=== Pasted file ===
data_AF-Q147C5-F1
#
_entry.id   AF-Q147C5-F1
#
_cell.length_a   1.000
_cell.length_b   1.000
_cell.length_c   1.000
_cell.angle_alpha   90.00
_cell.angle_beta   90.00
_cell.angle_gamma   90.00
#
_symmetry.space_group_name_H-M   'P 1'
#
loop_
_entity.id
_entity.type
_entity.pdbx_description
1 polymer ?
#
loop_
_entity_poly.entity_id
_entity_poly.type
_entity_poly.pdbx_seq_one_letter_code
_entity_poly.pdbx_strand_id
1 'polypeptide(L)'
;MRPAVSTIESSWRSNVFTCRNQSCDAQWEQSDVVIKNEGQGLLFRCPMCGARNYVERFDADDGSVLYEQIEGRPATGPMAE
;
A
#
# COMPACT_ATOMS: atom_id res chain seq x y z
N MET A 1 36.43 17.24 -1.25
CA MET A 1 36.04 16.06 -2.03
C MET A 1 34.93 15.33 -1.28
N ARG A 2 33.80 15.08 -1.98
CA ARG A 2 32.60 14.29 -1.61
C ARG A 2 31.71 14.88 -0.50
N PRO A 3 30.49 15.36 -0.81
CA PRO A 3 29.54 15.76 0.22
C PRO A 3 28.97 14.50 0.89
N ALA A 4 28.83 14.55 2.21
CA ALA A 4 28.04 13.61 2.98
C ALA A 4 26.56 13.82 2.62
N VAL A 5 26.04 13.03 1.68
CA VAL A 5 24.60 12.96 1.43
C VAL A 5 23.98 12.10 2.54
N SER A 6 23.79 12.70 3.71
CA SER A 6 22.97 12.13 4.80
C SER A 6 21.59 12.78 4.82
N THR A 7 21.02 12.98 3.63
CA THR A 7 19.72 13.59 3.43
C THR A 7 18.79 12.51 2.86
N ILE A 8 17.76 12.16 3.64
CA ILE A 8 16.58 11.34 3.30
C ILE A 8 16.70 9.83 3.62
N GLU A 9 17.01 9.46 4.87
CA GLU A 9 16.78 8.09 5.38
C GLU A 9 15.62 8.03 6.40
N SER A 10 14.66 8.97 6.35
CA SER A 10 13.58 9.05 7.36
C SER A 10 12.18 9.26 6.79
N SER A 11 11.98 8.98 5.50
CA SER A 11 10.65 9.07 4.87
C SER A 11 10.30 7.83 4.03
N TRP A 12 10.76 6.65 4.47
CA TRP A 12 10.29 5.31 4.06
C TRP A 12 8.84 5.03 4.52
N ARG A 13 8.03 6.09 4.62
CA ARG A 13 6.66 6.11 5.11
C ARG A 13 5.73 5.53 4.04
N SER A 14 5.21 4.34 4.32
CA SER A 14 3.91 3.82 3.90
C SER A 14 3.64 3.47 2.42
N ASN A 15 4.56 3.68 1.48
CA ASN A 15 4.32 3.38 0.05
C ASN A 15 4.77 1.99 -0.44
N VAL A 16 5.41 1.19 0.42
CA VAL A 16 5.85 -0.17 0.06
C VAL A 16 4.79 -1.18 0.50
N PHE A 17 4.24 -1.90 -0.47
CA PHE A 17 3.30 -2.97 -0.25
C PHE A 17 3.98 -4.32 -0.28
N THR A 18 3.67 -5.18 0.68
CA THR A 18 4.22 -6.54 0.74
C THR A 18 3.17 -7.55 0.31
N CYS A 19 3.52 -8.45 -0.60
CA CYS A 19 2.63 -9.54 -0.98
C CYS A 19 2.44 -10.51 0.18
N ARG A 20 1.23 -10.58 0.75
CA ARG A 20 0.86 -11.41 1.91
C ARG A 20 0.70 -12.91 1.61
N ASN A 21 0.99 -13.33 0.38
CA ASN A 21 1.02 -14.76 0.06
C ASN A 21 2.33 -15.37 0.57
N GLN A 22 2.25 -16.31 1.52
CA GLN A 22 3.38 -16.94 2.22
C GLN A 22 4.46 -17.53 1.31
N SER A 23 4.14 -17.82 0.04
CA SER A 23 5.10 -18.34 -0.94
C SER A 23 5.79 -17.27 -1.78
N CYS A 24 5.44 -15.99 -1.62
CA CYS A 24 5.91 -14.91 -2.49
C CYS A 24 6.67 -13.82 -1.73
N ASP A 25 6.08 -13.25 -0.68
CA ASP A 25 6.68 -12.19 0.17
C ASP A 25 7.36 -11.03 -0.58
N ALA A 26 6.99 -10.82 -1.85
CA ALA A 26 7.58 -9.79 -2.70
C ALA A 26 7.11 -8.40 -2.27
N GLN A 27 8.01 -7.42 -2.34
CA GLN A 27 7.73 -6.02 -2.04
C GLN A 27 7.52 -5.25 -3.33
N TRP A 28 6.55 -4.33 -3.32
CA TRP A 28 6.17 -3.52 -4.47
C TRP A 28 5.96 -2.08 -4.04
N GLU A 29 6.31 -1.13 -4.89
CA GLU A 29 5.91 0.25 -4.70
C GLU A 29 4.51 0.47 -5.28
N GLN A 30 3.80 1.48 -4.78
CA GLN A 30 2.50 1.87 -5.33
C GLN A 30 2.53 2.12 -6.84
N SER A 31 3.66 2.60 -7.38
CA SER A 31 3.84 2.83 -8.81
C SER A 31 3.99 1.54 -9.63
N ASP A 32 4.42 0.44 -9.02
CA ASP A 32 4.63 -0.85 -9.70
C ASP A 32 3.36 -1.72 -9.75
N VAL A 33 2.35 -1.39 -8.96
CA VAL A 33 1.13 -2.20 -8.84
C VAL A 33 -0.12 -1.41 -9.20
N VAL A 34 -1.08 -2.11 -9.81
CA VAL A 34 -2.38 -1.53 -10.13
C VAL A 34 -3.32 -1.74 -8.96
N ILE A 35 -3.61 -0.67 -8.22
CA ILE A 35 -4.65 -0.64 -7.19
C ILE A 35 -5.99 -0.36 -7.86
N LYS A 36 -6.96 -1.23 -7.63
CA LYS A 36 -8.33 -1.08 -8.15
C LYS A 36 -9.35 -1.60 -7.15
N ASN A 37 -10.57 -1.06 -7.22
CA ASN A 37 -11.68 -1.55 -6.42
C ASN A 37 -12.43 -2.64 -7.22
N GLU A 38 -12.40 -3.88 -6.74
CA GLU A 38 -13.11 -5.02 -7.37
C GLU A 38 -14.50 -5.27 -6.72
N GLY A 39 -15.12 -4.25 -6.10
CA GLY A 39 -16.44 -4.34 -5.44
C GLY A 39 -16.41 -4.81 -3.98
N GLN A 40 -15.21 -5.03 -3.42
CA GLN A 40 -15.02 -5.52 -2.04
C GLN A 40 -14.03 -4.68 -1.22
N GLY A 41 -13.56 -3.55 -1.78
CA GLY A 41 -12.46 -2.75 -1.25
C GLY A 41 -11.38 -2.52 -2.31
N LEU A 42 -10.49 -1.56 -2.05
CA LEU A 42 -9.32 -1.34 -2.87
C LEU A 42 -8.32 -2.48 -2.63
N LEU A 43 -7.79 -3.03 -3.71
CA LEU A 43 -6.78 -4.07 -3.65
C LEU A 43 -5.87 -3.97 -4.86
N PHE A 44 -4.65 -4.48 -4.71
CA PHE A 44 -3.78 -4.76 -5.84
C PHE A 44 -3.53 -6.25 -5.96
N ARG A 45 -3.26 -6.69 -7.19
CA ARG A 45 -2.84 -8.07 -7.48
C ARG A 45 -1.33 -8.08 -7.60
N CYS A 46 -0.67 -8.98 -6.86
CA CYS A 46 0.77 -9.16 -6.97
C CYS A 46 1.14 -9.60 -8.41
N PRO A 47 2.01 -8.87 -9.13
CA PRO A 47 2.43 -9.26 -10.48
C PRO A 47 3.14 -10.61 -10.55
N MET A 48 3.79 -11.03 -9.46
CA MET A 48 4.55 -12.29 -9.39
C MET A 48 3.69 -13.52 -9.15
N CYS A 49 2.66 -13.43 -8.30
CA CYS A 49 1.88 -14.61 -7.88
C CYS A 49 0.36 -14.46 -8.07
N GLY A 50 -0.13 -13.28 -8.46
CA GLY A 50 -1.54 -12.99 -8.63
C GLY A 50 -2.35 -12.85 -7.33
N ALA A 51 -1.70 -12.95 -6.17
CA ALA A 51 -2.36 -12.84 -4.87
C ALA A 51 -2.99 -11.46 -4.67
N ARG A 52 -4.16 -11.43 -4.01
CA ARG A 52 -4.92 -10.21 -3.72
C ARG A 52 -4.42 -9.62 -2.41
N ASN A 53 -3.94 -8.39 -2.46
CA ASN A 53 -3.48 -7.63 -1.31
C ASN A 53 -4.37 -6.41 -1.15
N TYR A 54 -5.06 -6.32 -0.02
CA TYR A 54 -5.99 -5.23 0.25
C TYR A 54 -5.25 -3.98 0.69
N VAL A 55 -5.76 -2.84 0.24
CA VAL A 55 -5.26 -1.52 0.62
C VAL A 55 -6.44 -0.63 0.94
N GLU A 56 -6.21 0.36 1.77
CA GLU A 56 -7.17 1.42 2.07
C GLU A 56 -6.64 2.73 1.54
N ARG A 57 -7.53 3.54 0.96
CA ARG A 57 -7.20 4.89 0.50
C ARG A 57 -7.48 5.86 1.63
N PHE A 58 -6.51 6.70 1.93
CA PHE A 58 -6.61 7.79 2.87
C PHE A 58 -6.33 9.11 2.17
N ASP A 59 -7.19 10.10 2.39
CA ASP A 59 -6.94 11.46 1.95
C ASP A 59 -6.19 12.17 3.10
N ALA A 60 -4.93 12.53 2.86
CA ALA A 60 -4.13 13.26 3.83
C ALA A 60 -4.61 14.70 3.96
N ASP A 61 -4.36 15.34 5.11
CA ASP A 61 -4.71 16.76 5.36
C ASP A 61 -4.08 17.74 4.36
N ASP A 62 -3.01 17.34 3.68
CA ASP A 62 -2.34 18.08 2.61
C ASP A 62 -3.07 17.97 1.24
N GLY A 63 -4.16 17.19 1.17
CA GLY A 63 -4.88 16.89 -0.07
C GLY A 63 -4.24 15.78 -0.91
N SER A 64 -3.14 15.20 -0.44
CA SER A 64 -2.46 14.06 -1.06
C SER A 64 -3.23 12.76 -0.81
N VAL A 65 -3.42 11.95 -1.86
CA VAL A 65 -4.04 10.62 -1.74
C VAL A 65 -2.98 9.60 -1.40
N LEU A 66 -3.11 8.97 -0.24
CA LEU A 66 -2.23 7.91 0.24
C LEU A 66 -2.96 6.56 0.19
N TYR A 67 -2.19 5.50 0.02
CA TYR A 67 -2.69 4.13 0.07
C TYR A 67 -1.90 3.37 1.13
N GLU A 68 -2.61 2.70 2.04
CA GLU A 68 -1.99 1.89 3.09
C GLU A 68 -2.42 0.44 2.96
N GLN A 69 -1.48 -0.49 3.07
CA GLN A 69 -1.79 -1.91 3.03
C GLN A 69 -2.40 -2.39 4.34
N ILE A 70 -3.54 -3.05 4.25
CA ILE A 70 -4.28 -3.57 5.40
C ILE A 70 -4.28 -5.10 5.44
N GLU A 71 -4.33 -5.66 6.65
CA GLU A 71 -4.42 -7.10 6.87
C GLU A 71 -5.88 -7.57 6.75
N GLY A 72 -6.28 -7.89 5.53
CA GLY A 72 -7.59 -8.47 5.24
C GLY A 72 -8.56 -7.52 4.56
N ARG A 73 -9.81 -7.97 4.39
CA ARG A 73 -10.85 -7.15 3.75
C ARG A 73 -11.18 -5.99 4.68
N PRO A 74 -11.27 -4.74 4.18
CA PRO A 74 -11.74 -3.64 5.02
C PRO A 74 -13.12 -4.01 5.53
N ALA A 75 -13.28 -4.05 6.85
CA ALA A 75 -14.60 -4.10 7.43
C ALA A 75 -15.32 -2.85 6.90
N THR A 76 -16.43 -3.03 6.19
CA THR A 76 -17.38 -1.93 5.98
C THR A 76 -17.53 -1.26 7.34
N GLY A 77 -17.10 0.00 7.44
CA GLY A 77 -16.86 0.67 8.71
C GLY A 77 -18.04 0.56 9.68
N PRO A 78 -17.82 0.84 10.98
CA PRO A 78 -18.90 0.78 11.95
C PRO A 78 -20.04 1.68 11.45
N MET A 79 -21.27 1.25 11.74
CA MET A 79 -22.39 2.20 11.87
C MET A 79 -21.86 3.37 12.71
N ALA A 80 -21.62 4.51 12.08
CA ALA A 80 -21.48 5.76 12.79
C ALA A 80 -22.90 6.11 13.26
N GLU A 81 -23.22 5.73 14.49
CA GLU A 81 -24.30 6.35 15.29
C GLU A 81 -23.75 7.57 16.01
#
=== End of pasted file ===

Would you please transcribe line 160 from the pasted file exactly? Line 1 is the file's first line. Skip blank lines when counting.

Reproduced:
N PHE A 44 -4.65 -4.48 -4.71